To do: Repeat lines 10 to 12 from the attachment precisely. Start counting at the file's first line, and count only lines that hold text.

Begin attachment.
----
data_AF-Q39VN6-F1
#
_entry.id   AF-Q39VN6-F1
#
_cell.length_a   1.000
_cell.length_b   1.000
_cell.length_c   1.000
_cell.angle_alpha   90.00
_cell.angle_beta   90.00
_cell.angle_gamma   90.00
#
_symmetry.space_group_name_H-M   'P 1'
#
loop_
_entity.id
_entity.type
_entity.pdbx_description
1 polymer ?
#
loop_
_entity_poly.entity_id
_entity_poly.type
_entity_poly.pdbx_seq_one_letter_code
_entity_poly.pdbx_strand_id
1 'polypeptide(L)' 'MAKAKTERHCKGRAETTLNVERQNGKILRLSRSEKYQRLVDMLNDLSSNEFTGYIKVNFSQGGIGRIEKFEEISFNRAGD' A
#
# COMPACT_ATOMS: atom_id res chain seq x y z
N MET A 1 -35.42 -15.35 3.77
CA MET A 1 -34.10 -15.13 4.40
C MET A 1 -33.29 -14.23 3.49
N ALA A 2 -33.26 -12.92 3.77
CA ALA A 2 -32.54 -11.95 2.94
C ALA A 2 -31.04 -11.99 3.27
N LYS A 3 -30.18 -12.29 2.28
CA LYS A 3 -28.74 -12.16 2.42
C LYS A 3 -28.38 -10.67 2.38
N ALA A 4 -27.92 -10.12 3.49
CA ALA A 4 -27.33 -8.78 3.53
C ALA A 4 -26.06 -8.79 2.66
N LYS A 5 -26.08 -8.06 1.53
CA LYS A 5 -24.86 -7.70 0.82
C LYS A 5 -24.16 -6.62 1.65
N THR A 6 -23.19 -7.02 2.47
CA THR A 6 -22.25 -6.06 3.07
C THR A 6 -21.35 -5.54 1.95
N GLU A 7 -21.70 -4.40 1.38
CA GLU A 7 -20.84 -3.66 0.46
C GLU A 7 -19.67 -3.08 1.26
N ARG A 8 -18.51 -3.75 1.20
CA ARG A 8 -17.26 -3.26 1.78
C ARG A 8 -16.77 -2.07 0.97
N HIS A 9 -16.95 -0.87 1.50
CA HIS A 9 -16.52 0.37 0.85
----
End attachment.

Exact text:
_cell.angle_gamma   90.00
#
_symmetry.space_group_name_H-M   'P 1'